which our first parents planted;
may that star now deign
to hold in check the constellations
whose strife grants the people
the ulcers of a terrible death.
O glorious star of the sea,
save us from the plague.
Hear us: for your Son
who honours you denies you nothing.
Jesus, save us, for whom
the Virgin Mother prays to you.

The hymn addresses Mary, asking that since her child did away with the plague of sin which assailed the soul, her prayers will help to end the plague which attacks the body. The specific historical context is clear: the allusion to 'ulcers of a terrible death' is a direct reference to the swellings which were one of the symptoms of the Black Death.

In keeping with scientific thinking of the time, the hymn sees sickness as originating in the alignment of the stars, and so asks for Mary's help as 'star of heaven' - she is imagined as a good star of peace and life who can restrain the malign stars of war and death. Some of the language also draws on traditional imagery of Mary as healer and nourisher, in focusing for instance on her feeding her child (lactavit Dominum). In the image of her 'uprooting' the plant of death, there's perhaps a suggestion too of the well-established medieval association of Mary with life-giving plants, which figure her as a tree who bears the fruit of life, or a doctor who brings healing herbs. Altogether Mary is presented as all that is wholesome and nourishing, a powerful intercessor and a bringer of health and hope.

This text is widely recorded in late medieval sources, both with and without music. As well as Ryman's version, written down in Canterbury at the end of the 15th century, there are two more English poems based on the hymn, attributed to the Bury St Edmunds poet John Lydgate. Here's one of them (in modern spelling; the Middle English is here):

Thou heavenly queen, of grace our lodestar,
With thy chaste milk plenteous of plesaunce [full of grace]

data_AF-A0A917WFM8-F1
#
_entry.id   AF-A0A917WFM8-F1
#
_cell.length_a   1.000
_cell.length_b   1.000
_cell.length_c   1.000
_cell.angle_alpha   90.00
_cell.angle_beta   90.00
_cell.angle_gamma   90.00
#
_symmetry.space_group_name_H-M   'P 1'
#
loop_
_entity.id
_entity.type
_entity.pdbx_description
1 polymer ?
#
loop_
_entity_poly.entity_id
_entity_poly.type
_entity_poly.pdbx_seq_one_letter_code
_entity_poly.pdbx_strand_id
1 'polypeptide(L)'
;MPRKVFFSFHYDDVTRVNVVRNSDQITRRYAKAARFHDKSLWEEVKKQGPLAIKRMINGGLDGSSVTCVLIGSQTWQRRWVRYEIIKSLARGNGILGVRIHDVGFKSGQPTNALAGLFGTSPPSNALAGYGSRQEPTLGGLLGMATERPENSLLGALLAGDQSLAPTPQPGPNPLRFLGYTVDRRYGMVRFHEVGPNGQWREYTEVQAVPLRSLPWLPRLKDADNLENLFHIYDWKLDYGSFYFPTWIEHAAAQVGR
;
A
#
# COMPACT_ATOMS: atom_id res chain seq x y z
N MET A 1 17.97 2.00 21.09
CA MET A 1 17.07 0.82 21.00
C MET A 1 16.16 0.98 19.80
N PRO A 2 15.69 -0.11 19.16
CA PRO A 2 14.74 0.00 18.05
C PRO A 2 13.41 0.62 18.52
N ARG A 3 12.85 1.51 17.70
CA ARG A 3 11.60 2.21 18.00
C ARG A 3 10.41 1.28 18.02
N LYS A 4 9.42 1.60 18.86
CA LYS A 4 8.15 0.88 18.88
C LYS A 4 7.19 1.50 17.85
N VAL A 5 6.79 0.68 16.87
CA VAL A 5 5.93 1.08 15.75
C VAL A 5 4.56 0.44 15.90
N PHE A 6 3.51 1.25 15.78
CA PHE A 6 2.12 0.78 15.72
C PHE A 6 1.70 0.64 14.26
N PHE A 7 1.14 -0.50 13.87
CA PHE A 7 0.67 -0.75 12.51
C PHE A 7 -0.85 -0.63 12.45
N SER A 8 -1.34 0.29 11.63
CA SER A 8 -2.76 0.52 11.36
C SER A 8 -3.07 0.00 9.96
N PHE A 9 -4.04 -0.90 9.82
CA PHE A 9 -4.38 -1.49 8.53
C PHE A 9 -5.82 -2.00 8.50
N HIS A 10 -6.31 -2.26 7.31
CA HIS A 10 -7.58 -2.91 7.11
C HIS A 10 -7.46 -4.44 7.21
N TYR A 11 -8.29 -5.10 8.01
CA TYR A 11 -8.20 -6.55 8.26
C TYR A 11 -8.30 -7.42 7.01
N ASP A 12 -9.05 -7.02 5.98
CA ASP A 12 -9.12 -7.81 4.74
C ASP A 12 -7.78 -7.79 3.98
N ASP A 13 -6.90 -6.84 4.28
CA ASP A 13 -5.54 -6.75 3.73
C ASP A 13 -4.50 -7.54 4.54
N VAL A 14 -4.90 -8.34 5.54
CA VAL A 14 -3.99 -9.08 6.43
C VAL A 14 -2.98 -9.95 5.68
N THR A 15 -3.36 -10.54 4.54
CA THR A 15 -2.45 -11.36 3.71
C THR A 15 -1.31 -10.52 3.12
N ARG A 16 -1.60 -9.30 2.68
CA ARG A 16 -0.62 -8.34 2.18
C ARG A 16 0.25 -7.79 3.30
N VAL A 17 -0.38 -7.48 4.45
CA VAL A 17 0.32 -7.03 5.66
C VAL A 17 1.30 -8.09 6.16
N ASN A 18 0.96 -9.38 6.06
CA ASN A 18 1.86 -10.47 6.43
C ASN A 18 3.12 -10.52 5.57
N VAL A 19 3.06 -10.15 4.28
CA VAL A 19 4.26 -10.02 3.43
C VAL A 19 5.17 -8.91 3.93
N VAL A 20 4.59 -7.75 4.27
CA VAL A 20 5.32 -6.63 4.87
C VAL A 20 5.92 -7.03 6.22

Gave Jesu suck, puttest away the war
Of pestilence, to appease our grievance,
Our well of mercy, our joy, our sufficence,
Flower of virgins, mother of most price, [greatest value]
Racedist up all surfetis of mischance, [eradicated all sinful excess]
That our forefather planted in Paradise.

Thou same star, of stars none so bright,
Celestial star of beauty most sovereign,
To thee we pray, on us cast down thy sight,
Only of mercy that thou not disdain,
Of infected air the mists to restrain,
That by thy gracious most wholesome influence
We have no cause on hasty death to pleyne, [lament]
Which slayeth the people by sword of pestilence.

Our trust is fully, and our confidence,
Undespaired in our opinion, [belief]
Against all weathers of corrupt pestilence,
By thy request and mediation,
And by thy Son's glorious Passion,
And remembrance of thy joys all,
Against froward airs causing infection,
Defend us, Lady, when we to thee call.

For as Phoebus chaseth mists black,
Toward midmorrow with his beams clear,
And Lucifer biddith sluggy folk awake, [the sun bids sleepy people wake]
In the orient first, when he doth appear,
Right so mayest thou in thy celestial sphere,
O star of stars, star of most excellence,
Maid and mother, by means of thy prayer, [through the intercession of your prayers]
Save all thy servants from stroke of pestilence.

Neither this poem nor Ryman's make reference to ulcers, as the Latin hymn does; their descriptions of the illness and its cause are (perhaps deliberately) more general than the Latin, more applicable to any outbreak of disease. Lydgate speaks of 'froward airs causing infection' and the unhealthy 'mists' which he asks Mary to clear away like the sun at morning. Ryman's version is less scientific, asking instead for deliverance from the force which 'dimmeth us by sharp stroke of death'. The thought that epidemics 'dim' us, i.e. cast a dark shadow over our lives, is particularly poignant. In their astrological and medical thinking, all versions of this hymn come from a medieval world very foreign to us - and yet for once it feels very near.

'Stella celi' in BL Royal Appendix MS. 58

Several early settings of this hymn survive in 15th-century manuscripts. The oldest is the unearthly setting below by John Cooke, a member of Henry V's household chapel, who went with the king to Agincourt in 1415 and seems to have ended his life as a singer at St Paul's Cathedral. His version of Stella celi is preserved in this manuscript.

From later in the century, there's this setting by Walter Lambe, from the Eton Choirbook: